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Clean Tech competition pits new monomers against composite bricks

Two new monomer platforms and a composite masonry ultimately vied to be the winner of the Clean Technology Business Forum & Competition, after six companies presented their business plans to a seven-person panel at the Society of Plastics Engineers (SPE) Global Plastics Environmental Conference (GPEC; March 8-10; Orlando).

Two new monomer platforms and a composite masonry ultimately vied to be the winner of the Clean Technology Business Forum & Competition, after six companies presented their business plans to a seven-person panel at the Society of Plastics Engineers (SPE) Global Plastics Environmental Conference (GPEC; March 8-10; Orlando). Ultimately the winner of the fourth-annual Clean Tech award was Amsterdam-based Avantium, whose CEO, Tom van Aken, laid out a path to biopolymers and biofuels based on converting carbohydrates into furanic chemical building blocks. Already covered by 15 patents, the technology could be used to create a biobased route to polyesters, polyamides, and polyurethane, with the technology applying polycondensation for polymerization that could allow it to run on retrofitted reactors.

Taking home second prize in the Clean Tech competition, as well as the SPE Environmental Division: Design for Sustainability award, was VAST Enterprises LLC (Minneapolis, MN). VAST CEO Andy Vander Woude pitched his injection molded product, which consists of post-consumer rubber and plastics plus "secret sauce" combined into composite masonry. Molded into pavers and other products, the product is pitched as an alternative to molded concrete or clay bricks. Launched in 2007, the bricks, which are supplied with a molded sub-structure to ease installation and alignment, are made from 95% recycled materials, and compared to the concrete they're aiming to replace, use 82% less energy and 89% less carbon dioxide in their manufacture. Available in different colors, Vander Woude says the company supplies the bricks with a 10-year warranty, but offers a lifetime warranty against cracking and expects a product life of 25-30 years.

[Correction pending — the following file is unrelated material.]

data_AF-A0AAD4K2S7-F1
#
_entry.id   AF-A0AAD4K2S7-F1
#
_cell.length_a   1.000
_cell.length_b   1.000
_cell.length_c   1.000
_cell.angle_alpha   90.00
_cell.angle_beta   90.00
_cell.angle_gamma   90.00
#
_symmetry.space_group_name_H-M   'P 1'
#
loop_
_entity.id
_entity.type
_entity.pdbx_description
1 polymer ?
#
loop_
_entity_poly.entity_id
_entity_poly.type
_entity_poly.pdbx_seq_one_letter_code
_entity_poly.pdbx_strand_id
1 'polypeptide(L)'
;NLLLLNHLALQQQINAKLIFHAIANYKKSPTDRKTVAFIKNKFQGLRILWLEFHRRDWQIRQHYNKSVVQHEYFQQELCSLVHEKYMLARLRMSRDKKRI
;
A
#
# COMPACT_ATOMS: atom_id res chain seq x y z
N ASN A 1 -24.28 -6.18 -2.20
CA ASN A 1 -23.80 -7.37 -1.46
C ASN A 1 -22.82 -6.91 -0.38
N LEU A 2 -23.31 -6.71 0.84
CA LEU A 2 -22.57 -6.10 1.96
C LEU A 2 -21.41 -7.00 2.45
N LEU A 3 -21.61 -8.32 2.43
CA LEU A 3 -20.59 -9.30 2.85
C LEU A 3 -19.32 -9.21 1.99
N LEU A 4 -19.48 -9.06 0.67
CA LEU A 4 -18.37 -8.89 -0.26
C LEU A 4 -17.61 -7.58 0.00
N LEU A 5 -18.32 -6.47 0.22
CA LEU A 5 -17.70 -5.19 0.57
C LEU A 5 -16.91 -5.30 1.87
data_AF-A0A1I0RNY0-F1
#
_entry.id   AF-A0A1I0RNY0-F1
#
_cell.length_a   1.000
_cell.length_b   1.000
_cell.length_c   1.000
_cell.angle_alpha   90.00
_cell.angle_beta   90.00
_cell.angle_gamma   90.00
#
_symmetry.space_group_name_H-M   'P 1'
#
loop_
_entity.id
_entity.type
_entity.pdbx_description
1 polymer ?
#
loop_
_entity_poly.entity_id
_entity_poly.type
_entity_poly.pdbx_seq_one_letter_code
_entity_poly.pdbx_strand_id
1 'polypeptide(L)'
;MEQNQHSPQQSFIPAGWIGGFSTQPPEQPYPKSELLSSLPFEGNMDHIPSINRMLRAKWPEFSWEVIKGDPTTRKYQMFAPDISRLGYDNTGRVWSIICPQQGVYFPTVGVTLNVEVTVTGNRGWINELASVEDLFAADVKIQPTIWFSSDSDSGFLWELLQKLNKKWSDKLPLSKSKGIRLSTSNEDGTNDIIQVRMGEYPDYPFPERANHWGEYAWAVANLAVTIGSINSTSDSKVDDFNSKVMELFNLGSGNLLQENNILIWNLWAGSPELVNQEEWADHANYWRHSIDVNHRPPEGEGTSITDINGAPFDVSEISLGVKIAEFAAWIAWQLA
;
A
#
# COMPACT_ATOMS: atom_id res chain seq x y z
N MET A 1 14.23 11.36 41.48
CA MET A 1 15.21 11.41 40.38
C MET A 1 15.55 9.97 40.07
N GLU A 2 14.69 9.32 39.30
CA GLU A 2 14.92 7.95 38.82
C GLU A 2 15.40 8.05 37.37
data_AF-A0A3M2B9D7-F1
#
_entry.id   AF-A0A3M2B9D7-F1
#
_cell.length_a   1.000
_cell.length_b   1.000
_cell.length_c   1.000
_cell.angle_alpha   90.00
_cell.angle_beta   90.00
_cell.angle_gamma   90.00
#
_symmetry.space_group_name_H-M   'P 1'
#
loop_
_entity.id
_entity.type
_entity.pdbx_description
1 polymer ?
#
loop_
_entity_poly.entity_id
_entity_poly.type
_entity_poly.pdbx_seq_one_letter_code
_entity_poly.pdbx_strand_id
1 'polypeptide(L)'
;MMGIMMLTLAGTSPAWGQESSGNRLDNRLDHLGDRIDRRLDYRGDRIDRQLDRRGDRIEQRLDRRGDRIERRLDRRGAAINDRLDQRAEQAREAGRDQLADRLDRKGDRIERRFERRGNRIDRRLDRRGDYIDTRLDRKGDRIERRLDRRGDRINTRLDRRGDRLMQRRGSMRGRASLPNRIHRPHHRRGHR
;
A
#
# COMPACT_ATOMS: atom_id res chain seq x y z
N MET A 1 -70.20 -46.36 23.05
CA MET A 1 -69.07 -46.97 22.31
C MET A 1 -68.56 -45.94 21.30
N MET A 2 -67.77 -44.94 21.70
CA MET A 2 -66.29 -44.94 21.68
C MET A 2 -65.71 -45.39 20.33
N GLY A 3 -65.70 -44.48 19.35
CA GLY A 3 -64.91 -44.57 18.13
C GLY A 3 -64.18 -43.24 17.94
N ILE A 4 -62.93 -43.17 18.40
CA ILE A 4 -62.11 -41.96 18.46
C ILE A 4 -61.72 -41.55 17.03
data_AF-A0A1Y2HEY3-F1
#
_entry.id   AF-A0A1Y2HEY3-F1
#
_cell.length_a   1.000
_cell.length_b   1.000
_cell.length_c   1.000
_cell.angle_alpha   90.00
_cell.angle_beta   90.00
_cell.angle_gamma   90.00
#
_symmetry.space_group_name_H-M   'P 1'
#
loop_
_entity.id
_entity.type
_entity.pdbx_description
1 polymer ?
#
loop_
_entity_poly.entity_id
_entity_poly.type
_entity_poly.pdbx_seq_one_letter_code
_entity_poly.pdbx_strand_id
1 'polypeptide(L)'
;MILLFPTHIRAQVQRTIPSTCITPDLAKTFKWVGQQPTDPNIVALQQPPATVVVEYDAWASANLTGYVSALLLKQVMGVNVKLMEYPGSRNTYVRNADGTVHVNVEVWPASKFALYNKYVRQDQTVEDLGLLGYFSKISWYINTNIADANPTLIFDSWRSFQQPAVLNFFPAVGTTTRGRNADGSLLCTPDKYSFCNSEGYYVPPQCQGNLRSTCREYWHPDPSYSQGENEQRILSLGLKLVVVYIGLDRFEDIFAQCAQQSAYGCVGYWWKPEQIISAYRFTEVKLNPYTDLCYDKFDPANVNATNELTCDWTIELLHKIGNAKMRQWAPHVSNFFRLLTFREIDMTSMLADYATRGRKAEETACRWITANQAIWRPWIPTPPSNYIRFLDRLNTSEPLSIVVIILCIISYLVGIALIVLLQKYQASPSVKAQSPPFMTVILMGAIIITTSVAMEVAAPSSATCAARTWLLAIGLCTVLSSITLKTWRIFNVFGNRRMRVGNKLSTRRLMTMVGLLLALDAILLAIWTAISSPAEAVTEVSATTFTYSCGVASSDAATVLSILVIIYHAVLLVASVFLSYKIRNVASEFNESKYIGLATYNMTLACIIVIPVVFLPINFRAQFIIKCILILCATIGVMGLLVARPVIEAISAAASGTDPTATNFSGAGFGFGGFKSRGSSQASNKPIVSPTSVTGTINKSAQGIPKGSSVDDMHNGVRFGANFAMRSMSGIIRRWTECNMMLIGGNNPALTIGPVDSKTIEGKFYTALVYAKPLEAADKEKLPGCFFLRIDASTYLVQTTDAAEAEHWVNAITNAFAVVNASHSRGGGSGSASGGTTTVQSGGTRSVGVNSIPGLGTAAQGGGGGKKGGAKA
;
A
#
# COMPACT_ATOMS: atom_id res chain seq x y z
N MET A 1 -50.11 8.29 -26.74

Cora Liebig, director of R&D at Segetis (Golden Valley, MN), offered up another new monomer; this one a cellulosic-biomass derived molecule that could be applied in polyols, plasticizers, and solvents. Founded in 2006 and already protected by nine patents, Segetis has already opened a semiworks plant for its levulinic acid, with capacity of 250,000 lb/yr. The company's product starts as corn cobs in China that are converted to furfural, and eventually, levulinic acid. At this time, Liebig believed solvents represent the largest potential market, worth around $40 billion, but the company also sees opportunities for biobased polyols, which she felt were competitive with soy-based polyols that have entered the market, as well as levulinic acid-based plasticizers, which Liebig said, "drastically improve migration,"—a concern that has dogged market-leading phthalates.

VAST injection molds a compound consisting of post-consumer tire rubber and plastics into composite bricks, like these paveres.
VAST injection molds a compound consisting of post-consumer tire rubber and plastics into composite bricks, like these pavers.

The top two teams received cash prizes, sponsored this year by Batelle. Eric Koester, who acts as the program coordinator and moderator and is an attorney with Cooley Godward Kronish LLP, said the six finalists came from 20 entrants. Other finalists included AmbientEco Group, which presented a system for sorting municipal waste into fuel predecessors; Fiberforge, which presented on its automated system to speed production of advanced thermoplastic composites; and Soy Works, which highlighted biobased plastics derived from different plant proteins. Tony Deligio

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